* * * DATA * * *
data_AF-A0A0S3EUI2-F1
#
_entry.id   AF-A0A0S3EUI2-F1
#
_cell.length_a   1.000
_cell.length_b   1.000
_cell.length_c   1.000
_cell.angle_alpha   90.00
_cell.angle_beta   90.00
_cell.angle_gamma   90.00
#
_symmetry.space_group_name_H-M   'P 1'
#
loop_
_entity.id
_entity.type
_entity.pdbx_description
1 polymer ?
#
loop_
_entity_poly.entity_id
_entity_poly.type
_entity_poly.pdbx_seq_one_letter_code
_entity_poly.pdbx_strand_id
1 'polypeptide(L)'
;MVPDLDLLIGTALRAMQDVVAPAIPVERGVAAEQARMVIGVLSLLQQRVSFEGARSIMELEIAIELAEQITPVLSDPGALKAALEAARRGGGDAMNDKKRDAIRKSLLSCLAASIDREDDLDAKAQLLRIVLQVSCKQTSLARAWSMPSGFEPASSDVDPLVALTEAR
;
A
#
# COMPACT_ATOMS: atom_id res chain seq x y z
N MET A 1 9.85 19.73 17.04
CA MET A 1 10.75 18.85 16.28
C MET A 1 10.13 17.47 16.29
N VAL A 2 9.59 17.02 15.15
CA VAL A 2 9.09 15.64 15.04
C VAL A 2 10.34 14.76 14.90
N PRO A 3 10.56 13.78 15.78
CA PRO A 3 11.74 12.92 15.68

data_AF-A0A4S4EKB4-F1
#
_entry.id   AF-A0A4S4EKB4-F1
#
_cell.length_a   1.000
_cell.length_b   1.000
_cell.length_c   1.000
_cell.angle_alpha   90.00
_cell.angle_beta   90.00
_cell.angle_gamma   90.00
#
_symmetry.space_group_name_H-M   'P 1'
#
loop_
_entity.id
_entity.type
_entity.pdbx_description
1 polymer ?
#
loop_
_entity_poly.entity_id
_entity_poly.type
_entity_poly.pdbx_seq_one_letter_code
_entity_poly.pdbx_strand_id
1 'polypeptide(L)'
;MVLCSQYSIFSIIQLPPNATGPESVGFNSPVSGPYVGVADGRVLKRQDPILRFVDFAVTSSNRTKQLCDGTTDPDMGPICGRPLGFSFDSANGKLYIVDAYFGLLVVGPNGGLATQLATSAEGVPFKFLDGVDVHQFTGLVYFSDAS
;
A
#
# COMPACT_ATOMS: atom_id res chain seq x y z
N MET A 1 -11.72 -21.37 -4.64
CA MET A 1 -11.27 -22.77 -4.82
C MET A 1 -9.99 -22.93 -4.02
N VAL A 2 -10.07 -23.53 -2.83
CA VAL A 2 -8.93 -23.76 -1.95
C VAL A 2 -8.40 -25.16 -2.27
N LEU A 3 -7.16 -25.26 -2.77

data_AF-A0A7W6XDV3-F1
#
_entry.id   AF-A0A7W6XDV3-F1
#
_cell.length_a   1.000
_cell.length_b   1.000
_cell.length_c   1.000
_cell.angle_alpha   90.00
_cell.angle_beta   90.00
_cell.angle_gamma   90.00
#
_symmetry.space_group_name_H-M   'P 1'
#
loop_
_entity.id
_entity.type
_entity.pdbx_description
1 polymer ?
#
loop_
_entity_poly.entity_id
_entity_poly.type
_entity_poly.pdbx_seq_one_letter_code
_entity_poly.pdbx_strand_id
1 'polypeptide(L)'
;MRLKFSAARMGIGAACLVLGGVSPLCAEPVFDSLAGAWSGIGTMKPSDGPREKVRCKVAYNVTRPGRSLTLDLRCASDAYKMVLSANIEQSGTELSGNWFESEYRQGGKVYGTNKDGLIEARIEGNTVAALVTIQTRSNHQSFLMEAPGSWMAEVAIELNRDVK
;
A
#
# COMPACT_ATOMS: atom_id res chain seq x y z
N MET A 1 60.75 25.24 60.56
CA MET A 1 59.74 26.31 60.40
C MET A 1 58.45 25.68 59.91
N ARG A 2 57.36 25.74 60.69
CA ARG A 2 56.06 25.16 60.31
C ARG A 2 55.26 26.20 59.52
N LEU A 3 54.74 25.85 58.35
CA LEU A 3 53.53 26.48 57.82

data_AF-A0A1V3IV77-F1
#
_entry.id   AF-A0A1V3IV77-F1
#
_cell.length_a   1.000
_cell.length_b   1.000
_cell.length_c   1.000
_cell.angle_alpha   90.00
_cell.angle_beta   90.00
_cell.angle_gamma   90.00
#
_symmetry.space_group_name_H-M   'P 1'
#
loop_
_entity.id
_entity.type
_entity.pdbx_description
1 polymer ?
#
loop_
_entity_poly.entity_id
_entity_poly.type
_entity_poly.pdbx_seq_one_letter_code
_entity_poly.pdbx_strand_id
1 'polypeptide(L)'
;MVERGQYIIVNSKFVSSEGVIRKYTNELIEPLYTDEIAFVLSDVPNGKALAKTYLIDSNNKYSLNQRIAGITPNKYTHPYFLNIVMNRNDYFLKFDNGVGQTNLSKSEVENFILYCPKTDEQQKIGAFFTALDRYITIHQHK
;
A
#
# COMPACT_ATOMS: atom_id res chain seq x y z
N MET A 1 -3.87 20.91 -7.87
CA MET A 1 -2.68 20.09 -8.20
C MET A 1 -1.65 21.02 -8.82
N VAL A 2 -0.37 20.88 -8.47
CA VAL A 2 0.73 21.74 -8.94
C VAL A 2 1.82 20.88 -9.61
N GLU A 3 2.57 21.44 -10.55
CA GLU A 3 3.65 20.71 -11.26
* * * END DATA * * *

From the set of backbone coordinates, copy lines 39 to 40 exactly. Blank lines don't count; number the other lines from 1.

data_AF-A0A4S4EKB4-F1
#